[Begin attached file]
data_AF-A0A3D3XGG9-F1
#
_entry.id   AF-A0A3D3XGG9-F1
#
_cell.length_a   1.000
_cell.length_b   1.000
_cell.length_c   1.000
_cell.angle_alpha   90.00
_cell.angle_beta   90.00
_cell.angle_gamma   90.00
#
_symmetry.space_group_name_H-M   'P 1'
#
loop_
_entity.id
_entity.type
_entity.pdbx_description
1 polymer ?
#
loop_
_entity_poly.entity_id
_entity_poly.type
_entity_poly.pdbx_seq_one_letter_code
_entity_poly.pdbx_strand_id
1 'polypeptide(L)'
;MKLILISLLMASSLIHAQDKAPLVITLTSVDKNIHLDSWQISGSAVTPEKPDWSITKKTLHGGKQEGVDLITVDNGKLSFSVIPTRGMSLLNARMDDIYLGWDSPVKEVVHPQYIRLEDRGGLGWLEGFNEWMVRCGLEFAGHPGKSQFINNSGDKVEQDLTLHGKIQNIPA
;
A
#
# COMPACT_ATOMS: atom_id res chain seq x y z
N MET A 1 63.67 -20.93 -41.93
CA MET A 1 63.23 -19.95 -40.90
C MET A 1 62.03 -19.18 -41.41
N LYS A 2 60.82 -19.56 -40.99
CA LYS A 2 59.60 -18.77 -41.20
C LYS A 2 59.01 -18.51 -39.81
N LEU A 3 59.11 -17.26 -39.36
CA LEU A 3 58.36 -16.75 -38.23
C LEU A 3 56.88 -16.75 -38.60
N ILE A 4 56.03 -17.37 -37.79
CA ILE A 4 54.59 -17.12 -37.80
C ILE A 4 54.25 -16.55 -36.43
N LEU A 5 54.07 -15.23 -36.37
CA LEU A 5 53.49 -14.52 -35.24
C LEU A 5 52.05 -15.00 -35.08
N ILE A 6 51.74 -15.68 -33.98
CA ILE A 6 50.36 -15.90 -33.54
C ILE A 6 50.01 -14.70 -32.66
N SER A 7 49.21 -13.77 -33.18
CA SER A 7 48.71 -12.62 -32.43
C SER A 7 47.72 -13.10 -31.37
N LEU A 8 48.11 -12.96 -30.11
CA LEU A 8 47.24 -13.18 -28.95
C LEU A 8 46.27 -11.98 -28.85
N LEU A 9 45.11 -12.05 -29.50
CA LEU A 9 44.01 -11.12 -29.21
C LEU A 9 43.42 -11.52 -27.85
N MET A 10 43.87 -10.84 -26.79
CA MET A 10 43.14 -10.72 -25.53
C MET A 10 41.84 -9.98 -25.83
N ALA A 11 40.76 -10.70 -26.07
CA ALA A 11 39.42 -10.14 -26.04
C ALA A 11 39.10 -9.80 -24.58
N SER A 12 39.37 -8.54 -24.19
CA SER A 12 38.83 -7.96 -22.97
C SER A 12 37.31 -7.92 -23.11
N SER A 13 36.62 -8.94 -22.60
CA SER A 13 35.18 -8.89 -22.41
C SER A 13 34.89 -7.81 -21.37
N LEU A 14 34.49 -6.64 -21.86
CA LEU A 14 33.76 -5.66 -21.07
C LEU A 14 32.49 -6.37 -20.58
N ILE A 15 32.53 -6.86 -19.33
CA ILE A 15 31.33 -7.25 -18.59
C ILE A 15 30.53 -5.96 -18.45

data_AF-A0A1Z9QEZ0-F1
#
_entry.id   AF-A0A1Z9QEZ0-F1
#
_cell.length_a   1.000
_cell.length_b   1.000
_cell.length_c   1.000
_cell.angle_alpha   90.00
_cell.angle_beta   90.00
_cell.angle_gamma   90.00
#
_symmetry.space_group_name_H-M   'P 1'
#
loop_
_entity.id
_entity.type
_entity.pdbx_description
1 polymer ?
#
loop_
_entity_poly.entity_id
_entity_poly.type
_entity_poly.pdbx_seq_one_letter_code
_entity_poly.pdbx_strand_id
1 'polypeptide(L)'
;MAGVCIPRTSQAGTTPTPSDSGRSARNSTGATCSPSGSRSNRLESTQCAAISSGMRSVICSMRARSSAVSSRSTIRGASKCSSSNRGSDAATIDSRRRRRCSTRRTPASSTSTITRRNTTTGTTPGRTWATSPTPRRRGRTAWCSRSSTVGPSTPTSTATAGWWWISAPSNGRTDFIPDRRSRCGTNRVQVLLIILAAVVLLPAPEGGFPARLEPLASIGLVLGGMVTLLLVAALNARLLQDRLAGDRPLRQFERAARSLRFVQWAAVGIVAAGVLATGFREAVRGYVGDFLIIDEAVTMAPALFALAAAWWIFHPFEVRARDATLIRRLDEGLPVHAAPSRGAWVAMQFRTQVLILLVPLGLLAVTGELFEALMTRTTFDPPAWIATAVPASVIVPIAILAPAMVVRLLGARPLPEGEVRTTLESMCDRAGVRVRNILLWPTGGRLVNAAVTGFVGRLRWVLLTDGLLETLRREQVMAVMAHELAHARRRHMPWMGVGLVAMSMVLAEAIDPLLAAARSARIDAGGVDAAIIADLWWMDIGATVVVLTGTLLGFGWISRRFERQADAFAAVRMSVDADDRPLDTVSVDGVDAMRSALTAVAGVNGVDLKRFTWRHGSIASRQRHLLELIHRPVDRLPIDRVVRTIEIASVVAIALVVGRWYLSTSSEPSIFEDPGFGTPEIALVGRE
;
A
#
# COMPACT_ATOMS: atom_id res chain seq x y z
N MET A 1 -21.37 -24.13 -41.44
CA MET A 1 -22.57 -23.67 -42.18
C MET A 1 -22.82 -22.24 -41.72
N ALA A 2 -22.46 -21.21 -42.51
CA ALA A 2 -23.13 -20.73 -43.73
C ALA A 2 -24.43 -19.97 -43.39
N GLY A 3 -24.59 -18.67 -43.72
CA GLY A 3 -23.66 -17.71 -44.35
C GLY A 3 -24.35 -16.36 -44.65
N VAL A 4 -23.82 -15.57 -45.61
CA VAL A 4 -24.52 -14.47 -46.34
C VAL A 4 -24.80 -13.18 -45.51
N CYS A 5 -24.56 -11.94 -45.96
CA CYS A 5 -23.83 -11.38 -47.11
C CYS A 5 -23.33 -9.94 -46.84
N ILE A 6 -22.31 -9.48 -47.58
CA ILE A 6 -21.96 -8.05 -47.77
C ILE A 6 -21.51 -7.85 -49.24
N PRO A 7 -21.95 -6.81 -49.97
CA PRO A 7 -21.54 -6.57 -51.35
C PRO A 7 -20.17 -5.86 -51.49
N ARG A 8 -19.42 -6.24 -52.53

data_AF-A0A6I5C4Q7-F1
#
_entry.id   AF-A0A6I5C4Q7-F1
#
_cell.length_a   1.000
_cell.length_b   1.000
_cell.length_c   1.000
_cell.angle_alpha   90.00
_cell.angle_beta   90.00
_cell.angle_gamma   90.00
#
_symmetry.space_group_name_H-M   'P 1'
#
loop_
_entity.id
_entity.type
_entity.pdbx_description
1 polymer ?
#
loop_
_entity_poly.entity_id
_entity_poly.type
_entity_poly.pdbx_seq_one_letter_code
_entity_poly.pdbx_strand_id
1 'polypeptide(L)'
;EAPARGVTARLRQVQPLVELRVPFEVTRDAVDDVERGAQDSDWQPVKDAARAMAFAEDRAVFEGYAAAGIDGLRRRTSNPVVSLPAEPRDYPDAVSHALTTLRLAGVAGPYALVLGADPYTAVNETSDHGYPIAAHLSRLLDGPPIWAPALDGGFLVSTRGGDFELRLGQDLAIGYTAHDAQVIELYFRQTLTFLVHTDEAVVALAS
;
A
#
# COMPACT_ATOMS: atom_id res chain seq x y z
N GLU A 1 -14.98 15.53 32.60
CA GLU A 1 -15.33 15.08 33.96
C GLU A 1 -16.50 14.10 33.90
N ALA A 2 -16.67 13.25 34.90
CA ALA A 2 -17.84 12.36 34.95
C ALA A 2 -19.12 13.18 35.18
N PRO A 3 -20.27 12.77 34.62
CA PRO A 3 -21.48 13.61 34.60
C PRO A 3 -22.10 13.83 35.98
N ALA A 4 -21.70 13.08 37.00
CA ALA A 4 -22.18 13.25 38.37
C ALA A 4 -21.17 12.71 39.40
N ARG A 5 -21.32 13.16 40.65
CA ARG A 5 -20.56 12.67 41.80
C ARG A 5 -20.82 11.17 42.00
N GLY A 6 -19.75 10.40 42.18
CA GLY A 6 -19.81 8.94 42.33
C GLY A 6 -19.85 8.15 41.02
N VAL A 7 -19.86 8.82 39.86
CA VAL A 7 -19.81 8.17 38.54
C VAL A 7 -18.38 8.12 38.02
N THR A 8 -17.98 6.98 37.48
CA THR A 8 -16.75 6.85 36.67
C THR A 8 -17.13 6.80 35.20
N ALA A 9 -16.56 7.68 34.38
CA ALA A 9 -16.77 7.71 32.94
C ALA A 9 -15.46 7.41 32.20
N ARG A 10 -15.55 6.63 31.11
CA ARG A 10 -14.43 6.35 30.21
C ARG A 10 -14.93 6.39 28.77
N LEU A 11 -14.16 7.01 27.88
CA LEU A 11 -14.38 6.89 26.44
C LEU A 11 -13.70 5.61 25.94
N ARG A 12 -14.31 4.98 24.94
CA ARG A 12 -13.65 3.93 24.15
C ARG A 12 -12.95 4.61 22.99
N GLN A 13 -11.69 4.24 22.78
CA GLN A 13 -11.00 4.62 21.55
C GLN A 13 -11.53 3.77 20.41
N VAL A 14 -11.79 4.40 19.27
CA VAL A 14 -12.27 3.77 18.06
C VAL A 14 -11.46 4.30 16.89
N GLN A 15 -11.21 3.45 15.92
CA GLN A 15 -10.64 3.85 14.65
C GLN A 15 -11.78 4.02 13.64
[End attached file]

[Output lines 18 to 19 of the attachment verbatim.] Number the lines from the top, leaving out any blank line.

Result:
1 polymer ?
#